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10 Crucial Considerations When Picking Your Backpack Sprayer

backpack sprayer

If you have to spray an area of any real size, you’re going to want to use a backpack sprayer instead of one of those cheap sprayers you carry around by hand. A good backpack sprayer can make short work of dispensing chemicals across a large area. But if you get the wrong one, you might be in for more frustration than you realize. An uncomfortable backpack sprayer can become a nuisance. And if you have trouble performing maintenance on it, the frustration will spread.

Luckily, we’ve gathered 10 of the most important considerations you need to make when picking out a backpack sprayer. Figure out what you need in each of these areas and you’re sure to pick a sprayer that won’t let you down or leave you feeling frustrated.

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1. Size

How large of an area are you going to be spraying? If you’re just going to spray a small backyard, you won’t need as much chemical capacity as you would for spraying an entire football field worth of space.

But size is more than just capacity. Think about the places you’ll be working. You’re not always spraying in a wide-open field. If you have to spray in tighter confines, such as walking the aisles of a garden center and spraying the plants, you’re going to need a more streamlined sprayer that isn’t going to be bumping into everything.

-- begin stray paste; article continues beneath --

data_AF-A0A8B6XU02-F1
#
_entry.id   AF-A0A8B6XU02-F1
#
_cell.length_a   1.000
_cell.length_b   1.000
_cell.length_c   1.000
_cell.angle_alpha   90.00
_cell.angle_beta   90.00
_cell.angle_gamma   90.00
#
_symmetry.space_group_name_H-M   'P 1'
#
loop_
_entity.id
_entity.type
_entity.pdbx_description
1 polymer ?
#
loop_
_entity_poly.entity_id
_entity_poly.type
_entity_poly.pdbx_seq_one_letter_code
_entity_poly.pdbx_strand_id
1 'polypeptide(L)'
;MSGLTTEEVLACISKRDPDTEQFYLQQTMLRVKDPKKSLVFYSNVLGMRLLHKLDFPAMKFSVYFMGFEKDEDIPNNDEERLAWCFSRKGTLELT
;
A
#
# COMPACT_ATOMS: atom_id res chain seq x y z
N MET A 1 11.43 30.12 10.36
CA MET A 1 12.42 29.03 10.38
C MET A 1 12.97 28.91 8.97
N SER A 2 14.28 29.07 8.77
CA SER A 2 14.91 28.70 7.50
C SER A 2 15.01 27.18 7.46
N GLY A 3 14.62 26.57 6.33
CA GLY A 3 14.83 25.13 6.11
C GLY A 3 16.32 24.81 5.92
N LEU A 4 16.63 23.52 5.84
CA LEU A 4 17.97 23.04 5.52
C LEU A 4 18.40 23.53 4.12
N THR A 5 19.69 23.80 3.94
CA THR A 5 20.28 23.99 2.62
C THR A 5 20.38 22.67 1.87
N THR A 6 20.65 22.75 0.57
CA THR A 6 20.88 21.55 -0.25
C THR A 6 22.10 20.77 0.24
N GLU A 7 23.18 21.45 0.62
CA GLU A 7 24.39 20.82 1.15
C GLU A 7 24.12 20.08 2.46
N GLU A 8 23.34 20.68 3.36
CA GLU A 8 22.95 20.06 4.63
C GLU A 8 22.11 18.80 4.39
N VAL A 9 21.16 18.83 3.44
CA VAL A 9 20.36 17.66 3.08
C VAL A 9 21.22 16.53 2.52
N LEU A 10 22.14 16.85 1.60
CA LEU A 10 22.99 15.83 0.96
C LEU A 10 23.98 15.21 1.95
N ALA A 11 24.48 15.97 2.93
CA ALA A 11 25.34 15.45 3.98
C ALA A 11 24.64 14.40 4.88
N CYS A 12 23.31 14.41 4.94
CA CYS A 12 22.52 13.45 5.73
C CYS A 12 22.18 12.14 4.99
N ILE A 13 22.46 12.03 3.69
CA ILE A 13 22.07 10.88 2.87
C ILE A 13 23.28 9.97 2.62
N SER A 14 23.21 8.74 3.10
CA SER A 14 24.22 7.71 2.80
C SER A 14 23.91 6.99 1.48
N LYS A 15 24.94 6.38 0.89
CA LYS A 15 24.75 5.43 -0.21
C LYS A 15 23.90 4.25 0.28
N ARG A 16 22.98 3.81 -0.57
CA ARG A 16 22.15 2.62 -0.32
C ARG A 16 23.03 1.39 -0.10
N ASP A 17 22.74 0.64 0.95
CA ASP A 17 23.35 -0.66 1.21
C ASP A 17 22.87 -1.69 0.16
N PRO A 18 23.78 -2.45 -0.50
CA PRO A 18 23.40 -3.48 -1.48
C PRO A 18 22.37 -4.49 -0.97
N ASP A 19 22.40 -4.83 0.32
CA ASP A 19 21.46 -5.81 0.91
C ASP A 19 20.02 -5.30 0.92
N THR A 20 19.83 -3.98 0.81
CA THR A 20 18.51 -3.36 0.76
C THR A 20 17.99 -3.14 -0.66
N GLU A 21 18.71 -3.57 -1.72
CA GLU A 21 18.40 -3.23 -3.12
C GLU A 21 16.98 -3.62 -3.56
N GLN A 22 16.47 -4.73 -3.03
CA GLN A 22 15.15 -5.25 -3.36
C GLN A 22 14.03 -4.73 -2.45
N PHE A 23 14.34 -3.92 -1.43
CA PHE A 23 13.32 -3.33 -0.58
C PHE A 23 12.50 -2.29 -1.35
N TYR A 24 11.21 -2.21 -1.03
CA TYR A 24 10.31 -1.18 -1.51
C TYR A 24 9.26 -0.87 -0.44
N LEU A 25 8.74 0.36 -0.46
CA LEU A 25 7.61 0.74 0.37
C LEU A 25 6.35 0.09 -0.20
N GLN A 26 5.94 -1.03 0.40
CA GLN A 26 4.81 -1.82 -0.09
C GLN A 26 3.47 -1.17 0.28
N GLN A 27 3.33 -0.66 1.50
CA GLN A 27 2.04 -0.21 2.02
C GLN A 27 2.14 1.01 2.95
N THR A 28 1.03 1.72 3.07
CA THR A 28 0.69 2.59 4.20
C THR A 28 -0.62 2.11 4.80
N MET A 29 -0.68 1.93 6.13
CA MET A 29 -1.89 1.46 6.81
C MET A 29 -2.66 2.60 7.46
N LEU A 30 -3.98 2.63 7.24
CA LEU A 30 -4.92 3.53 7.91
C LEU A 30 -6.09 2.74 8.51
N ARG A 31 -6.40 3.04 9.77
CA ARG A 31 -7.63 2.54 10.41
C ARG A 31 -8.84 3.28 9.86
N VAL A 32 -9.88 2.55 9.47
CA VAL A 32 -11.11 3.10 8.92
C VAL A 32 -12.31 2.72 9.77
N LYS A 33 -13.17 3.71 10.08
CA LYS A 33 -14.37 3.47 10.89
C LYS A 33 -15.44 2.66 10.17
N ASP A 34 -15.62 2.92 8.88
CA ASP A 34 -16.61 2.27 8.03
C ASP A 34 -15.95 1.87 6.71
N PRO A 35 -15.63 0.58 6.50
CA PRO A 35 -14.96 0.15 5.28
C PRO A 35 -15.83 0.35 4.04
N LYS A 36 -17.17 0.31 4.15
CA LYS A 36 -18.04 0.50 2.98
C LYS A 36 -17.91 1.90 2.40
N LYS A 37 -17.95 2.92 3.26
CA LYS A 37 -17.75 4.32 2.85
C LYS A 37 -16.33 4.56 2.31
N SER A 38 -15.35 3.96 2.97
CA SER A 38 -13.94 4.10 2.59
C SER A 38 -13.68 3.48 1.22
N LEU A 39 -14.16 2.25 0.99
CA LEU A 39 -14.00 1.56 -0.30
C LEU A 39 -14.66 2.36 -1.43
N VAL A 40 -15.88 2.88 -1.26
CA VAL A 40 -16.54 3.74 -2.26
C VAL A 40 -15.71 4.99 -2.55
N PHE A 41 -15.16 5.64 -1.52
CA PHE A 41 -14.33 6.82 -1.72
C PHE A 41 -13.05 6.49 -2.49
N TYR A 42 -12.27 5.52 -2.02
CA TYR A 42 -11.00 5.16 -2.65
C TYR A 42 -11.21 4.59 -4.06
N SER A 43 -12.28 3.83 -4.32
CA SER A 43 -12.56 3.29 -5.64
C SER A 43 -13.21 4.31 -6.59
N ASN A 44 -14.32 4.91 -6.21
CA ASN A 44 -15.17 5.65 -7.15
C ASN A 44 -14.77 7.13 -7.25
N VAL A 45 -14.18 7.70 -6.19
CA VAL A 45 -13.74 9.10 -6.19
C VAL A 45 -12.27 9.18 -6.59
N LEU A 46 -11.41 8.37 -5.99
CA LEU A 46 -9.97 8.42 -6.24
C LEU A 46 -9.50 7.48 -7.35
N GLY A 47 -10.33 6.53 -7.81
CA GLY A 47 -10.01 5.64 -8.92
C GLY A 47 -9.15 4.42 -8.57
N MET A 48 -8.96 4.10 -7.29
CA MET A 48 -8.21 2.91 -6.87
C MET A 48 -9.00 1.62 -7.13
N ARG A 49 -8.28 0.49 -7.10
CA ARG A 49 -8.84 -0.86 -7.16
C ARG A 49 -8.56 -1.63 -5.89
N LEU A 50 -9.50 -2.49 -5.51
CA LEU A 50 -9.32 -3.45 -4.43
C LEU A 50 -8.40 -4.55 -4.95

man using Chapin Tree and Turf Pro Commercial Backpack Sprayer

2. Chemicals

What types of chemicals do you plan to spray? Sprayers can be used to dispense a wide range of different substances, including weed killers, fertilizers, pesticides, cleaners, bleach, and more. You might be working primarily with liquid chemicals, or, alternatively, you might be using a powder that gets mixed with water. Not all chemicals work with all sprayers, so you’ll need to figure out what you plan to spray before picking a device to spray it from.

3. Electric or Manual

A manual sprayer requires that you manually pressurize the pump. This requires quite a bit of manual labor, which you’ll have to repeat as pressure drops. Electric sprayers, on the other hand, have electronically controlled pumps that require no manual help. They maintain an even pressure and save you from the extra labor. These pumps run on a battery, rather than manpower.

4. Pump Type

When it comes to backpack sprayers, you have two choices of pumps; piston pumps and diaphragm pumps. In general, piston pumps are more popular and more common. They’re best for use with liquid chemicals and are a poor option for use with abrasive sprays or powders, which can damage the pump, cause leaks, and reduce its lifespan.

Diaphragm pumps are the best option if you’re spraying bleach, powders, or other abrasive sprays as the pump isn’t going to be damaged by these materials. Diaphragm pumps also use lower pressure, which allows for larger droplets and reduces overall spray drift.

5. Pump Location